In Devon Wildlife Trust’s wildlife gardening blog Kath Burgess explains how to bring a little natural colour to your own green space…
This was our first year of our annual flower bed. We decided last year to give up on our small wildflower meadow because the soil had been so enriched by the previous owners activities – chickens, bonfires and general dumping ground, meant that none of our carefully sown perennial wildflowers thrived – but the grasses and nettles did! The area was also cast in shade for much of the day due to a large hedgerow oak - in hindsight not an ideal spot!
So we have now moved our own chickens onto the most shaded patch and have created an annual border in the sunnier spot. We cultivated the area in early spring and sowed seeds derived from annual wildflower seed mixes and seed carefully harvested in the wild with help from our children last summer.
The first flowers to appear and rapidly take over the border were the brilliantly pink corn cockle. Next year I’ll weed out more of these as they do tend to dominate, they are also the tallest and most prolific flower alongside the less invasive oxeye daisy. Second to show were cornflowers in shades of mauve, pink, white and blue, they germinated brilliantly, looked fantastic and don’t crowd out other plants. Also growing, but less frequent, are corn marigold, corn chamomile, rough poppy and a pink catchfly (we haven’t yet been able to identify this species – it certainly wasn’t in the seed mix!), a most attractive but singular plant in our busy border. We also sowed dwarf sunflowers, annual salvias and cosmos. Apart from the cosmos they have all appeared but are rather stunted. Now about to make an appearance is the delicate flowers of love in the mist but again a stunted form!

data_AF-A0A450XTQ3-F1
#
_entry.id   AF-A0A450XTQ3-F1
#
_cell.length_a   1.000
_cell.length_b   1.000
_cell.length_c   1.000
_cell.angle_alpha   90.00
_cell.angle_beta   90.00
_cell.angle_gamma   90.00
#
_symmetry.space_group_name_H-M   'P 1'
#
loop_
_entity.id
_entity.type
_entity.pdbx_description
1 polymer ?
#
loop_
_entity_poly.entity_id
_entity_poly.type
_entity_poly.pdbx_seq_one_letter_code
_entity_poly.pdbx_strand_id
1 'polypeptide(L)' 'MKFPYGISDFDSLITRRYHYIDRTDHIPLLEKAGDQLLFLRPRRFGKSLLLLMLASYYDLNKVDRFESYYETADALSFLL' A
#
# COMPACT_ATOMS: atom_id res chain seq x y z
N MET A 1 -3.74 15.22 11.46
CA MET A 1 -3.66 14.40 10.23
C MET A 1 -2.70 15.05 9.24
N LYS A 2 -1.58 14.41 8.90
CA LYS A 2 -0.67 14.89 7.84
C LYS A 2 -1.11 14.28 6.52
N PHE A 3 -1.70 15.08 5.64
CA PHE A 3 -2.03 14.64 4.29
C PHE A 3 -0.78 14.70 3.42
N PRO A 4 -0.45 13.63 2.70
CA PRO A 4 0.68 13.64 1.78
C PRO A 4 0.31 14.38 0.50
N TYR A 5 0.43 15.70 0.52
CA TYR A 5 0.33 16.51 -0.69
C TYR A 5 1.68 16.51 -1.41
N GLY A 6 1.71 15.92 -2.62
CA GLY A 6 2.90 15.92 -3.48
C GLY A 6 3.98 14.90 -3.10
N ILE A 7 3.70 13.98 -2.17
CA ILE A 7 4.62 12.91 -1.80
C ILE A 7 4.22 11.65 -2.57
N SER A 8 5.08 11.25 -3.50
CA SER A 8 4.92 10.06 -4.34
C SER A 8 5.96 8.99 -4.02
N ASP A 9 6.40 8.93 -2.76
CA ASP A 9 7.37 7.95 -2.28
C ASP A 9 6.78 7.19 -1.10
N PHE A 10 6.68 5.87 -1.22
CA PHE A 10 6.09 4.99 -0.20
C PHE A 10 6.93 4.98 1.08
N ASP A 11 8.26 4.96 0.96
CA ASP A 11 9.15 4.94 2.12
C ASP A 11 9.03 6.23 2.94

One of my favourites has been a variety of poppy called Ladybird which I discovered at last year’s Hampton Court flower show. It is a small poppy, at least in our garden it is, with a single black spot within each brilliant red petal – so not very taxing to name!
The annual seeds have been complimented with some plugs, teasel for the finches, borage, echium and bergamot for the insects. Too really enhance bee habitat I have planted a Hidcote lavender border to the bed. I grew these lavenders on from plugs and so I am hoping that this wet weather hasn’t hindered their establishment and fingers crossed they’ll flower next year.
I’d recommend growing an annual border as it is cheap to establish, requires minimal maintenance (pulling a few undesired plants), and will provide a continual source of seed and flower provided you collect and allow seeds to fall within an annual harrowed bed. It is fascinating to see which flowers pop up and discover which are the most popular with bees and other insects. I’ve also found the bed to be an endless source of cut flowers for the house.
Our annual flower bed is set to be a permanent feature in our garden and I’m looking forward to seeing how it develops.
For more gardening tips visit DWT’s Wildlife Gardening webpages